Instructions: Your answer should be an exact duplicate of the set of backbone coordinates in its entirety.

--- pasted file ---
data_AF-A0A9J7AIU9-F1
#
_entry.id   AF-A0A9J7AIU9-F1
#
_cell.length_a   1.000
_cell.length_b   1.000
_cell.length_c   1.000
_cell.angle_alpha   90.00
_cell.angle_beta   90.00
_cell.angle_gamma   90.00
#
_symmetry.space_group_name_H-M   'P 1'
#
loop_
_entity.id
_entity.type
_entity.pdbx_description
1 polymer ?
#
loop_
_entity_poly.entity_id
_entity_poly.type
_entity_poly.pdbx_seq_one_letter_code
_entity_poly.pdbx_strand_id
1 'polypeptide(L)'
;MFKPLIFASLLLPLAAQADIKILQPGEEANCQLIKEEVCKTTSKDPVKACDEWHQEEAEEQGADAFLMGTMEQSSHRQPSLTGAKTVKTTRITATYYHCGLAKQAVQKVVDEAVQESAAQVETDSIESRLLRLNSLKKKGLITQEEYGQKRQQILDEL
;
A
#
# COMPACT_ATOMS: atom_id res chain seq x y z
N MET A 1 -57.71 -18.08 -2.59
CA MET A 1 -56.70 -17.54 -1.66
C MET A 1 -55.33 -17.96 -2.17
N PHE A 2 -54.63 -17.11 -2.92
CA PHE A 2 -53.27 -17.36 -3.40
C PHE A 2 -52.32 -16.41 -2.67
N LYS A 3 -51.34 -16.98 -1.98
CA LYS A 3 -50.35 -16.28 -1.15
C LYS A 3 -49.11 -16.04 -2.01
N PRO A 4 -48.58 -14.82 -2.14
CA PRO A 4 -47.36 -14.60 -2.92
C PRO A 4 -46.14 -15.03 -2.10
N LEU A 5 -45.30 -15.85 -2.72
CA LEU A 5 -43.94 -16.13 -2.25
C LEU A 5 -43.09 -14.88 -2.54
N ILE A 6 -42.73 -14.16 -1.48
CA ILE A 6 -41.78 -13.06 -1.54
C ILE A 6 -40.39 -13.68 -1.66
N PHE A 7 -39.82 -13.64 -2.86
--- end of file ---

data_AF-A0A9J7AIU9-F1
#
_entry.id   AF-A0A9J7AIU9-F1
#
_cell.length_a   1.000
_cell.length_b   1.000
_cell.length_c   1.000
_cell.angle_alpha   90.00
_cell.angle_beta   90.00
_cell.angle_gamma   90.00
#
_symmetry.space_group_name_H-M   'P 1'
#
loop_
_entity.id
_entity.type
_entity.pdbx_description
1 polymer ?
#
loop_
_entity_poly.entity_id
_entity_poly.type
_entity_poly.pdbx_seq_one_letter_code
_entity_poly.pdbx_strand_id
1 'polypeptide(L)'
;MFKPLIFASLLLPLAAQADIKILQPGEEANCQLIKEEVCKTTSKDPVKACDEWHQEEAEEQGADAFLMGTMEQSSHRQPSLTGAKTVKTTRITATYYHCGLAKQAVQKVVDEAVQESAAQVETDSIESRLLRLNSLKKKGLITQEEYGQKRQQILDEL
;
A
#
# COMPACT_ATOMS: atom_id res chain seq x y z
N MET A 1 -57.71 -18.08 -2.59
CA MET A 1 -56.70 -17.54 -1.66
C MET A 1 -55.33 -17.96 -2.17
N PHE A 2 -54.63 -17.11 -2.92
CA PHE A 2 -53.27 -17.36 -3.40
C PHE A 2 -52.32 -16.41 -2.67
N LYS A 3 -51.34 -16.98 -1.98
CA LYS A 3 -50.35 -16.28 -1.15
C LYS A 3 -49.11 -16.04 -2.01
N PRO A 4 -48.58 -14.82 -2.14
CA PRO A 4 -47.36 -14.60 -2.92
C PRO A 4 -46.14 -15.03 -2.10
N LEU A 5 -45.30 -15.85 -2.72
CA LEU A 5 -43.94 -16.13 -2.25
C LEU A 5 -43.09 -14.88 -2.54
N ILE A 6 -42.73 -14.16 -1.48
CA ILE A 6 -41.78 -13.06 -1.54
C ILE A 6 -40.39 -13.68 -1.66
N PHE A 7 -39.82 -13.64 -2.86